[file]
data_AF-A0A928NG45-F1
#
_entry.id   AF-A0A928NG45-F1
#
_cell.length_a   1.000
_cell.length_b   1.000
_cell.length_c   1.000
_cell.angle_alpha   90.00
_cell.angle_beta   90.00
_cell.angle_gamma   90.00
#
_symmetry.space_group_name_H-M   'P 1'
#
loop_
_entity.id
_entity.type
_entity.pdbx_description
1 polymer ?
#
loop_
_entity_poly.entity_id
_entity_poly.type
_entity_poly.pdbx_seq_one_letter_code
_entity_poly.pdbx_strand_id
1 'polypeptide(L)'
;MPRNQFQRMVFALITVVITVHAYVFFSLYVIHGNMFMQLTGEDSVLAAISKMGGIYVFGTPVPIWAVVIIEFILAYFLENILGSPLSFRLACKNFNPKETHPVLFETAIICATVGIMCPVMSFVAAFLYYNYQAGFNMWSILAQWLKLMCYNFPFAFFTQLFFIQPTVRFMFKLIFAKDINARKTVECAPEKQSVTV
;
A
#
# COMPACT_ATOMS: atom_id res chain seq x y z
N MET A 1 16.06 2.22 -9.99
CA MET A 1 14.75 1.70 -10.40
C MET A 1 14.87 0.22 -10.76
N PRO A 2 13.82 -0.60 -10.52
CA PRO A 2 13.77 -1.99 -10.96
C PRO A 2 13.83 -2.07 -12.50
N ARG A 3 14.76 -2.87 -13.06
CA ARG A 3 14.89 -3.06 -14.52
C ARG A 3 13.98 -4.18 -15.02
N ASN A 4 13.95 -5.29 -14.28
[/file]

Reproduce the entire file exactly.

data_AF-A0A928NG45-F1
#
_entry.id   AF-A0A928NG45-F1
#
_cell.length_a   1.000
_cell.length_b   1.000
_cell.length_c   1.000
_cell.angle_alpha   90.00
_cell.angle_beta   90.00
_cell.angle_gamma   90.00
#
_symmetry.space_group_name_H-M   'P 1'
#
loop_
_entity.id
_entity.type
_entity.pdbx_description
1 polymer ?
#
loop_
_entity_poly.entity_id
_entity_poly.type
_entity_poly.pdbx_seq_one_letter_code
_entity_poly.pdbx_strand_id
1 'polypeptide(L)'
;MPRNQFQRMVFALITVVITVHAYVFFSLYVIHGNMFMQLTGEDSVLAAISKMGGIYVFGTPVPIWAVVIIEFILAYFLENILGSPLSFRLACKNFNPKETHPVLFETAIICATVGIMCPVMSFVAAFLYYNYQAGFNMWSILAQWLKLMCYNFPFAFFTQLFFIQPTVRFMFKLIFAKDINARKTVECAPEKQSVTV
;
A
#
# COMPACT_ATOMS: atom_id res chain seq x y z
N MET A 1 16.06 2.22 -9.99
CA MET A 1 14.75 1.70 -10.40
C MET A 1 14.87 0.22 -10.76
N PRO A 2 13.82 -0.60 -10.52
CA PRO A 2 13.77 -1.99 -10.96
C PRO A 2 13.83 -2.07 -12.50
N ARG A 3 14.76 -2.87 -13.06
CA ARG A 3 14.89 -3.06 -14.52
C ARG A 3 13.98 -4.18 -15.02
N ASN A 4 13.95 -5.29 -14.28